I was recently invited over to a Jacobean manor, situated in a quiet valley in Somerset, known as Newton House, where they’ve recently started producing their own gin. As a huge fan of history, architecture and antiques (with a penchant for gin), how could I refuse?
As regular readers will know, the VE HQ is a rather eclectic place full of wondrous surprises – so when asked about supplying some quirky vintage props for their Gin Bar photo shoot above, we were more than adequately placed to help! This inevitably led to us featuring them within this issue, as it’s quite unlike anywhere I’ve had the fortune of visiting before, and you’ll soon find out why.
The magnificent house formed the centrepiece of what was once, a very large estate known as Newton Surmaville, named after a French family the de Salmonvilles, who first built a mediaeval house on the site where the current house now stands. A wealthy local merchant, Robert Harbin, built Newton House in 1612 and successive generations of the family enjoyed the property for 399 years, until it was sold for the rst time in its history to Robin and Jane Cannon in 2007.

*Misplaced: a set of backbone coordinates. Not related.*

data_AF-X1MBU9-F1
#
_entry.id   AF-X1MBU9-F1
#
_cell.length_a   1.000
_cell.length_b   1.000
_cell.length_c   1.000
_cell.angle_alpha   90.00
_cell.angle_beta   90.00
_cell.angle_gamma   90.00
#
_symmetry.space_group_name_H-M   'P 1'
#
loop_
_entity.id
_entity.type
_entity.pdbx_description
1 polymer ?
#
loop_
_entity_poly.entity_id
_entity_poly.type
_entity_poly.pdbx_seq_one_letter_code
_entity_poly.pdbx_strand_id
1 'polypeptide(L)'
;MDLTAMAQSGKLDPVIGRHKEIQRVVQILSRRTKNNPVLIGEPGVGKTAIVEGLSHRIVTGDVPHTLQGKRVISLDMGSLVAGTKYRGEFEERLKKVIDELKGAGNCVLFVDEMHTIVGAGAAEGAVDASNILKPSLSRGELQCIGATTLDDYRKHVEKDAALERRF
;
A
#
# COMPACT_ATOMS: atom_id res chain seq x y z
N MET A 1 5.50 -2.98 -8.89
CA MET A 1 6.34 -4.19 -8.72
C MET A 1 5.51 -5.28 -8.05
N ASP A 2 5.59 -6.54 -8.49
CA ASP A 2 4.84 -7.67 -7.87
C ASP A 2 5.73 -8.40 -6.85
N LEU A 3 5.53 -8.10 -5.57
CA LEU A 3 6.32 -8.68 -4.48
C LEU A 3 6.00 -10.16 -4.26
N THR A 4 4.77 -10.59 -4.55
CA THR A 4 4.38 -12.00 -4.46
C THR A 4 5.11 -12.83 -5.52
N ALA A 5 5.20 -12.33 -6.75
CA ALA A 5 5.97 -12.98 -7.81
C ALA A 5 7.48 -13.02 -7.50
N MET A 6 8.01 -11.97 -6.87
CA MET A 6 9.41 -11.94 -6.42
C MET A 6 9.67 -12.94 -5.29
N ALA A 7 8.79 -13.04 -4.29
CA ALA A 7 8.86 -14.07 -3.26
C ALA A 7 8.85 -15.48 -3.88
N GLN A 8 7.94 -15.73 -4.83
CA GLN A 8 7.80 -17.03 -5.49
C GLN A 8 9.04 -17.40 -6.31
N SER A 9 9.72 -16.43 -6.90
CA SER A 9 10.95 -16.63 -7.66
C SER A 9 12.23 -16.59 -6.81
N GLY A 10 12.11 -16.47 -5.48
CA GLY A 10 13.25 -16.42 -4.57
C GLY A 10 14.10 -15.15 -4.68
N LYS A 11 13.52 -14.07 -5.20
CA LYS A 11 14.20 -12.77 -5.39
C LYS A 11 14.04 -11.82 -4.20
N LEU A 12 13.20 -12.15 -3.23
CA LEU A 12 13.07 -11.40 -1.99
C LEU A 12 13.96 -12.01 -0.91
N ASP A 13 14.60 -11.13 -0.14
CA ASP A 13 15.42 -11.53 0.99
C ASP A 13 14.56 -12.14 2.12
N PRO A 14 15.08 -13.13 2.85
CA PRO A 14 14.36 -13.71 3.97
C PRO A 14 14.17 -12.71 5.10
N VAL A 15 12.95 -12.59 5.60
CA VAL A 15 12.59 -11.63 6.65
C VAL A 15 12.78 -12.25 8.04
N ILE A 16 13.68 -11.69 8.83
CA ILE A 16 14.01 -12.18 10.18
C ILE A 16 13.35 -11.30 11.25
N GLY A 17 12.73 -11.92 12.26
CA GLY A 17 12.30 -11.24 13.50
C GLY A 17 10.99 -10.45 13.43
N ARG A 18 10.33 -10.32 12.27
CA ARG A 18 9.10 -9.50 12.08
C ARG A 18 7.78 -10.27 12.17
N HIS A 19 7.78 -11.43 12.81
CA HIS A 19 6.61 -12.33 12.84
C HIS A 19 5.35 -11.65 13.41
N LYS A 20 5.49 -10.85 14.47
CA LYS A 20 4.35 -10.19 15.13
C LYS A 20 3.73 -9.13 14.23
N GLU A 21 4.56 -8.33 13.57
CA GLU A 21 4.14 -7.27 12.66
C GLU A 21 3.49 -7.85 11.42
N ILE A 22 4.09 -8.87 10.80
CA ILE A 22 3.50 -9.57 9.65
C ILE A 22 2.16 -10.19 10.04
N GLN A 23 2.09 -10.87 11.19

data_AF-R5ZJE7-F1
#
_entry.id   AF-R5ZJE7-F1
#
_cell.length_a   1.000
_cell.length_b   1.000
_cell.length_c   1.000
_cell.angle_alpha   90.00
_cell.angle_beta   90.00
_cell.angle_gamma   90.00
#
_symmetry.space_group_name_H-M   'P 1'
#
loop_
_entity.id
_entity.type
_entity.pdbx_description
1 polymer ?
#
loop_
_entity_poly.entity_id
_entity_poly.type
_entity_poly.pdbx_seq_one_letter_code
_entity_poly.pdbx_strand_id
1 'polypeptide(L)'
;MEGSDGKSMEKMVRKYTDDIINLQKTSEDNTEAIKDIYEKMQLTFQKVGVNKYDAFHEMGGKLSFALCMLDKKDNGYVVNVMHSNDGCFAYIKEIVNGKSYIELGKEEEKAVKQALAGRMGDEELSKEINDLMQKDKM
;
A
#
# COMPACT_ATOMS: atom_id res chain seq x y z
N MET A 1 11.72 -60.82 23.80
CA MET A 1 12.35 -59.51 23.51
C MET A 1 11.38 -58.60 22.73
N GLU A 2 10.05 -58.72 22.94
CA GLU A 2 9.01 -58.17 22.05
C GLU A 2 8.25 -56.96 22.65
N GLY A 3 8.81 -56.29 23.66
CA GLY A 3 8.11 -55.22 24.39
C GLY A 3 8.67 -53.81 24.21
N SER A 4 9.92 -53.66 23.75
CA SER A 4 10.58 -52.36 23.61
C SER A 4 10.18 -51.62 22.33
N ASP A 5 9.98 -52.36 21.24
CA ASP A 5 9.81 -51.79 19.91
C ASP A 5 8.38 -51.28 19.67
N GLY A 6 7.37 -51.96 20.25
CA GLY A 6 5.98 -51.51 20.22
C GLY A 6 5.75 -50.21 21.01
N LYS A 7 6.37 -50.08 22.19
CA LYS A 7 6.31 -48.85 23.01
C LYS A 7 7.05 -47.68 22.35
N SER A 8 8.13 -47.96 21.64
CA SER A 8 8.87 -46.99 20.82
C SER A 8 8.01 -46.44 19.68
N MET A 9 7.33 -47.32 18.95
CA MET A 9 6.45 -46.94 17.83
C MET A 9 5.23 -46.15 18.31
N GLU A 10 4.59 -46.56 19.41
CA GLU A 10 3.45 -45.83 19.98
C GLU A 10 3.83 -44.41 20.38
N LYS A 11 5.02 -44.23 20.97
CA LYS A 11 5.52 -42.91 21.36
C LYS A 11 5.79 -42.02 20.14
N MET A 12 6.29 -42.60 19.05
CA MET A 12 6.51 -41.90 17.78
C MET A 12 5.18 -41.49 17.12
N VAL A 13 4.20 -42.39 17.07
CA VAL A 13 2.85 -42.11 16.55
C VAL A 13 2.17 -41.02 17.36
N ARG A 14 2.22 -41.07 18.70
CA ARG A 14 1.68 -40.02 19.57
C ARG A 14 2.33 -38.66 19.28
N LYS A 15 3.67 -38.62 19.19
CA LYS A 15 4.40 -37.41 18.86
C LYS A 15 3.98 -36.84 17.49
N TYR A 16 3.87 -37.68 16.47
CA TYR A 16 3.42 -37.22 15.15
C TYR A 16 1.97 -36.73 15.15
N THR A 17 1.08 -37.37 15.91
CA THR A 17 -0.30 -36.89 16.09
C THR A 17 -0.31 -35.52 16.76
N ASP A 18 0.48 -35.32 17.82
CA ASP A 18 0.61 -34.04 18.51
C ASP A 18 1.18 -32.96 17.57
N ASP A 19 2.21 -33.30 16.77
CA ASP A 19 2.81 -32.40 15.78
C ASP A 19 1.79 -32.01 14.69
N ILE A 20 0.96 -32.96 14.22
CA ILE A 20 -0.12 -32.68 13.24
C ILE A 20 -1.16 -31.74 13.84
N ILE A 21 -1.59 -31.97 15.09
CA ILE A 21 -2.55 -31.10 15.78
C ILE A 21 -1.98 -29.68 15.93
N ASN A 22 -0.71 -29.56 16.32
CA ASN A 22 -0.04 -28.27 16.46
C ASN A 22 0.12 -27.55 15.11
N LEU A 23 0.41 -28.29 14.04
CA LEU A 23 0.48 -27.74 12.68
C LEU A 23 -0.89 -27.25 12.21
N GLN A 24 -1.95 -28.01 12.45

They took on what was to be a gargantuan reno-vation project, as both the house and gardens were in a very sorry state of decay. Following the ten- year restoration project Robin and Jane produced a book, Newton House: Restored For Life, which is a lavishly illustrated history of this fascinating house and the restoration.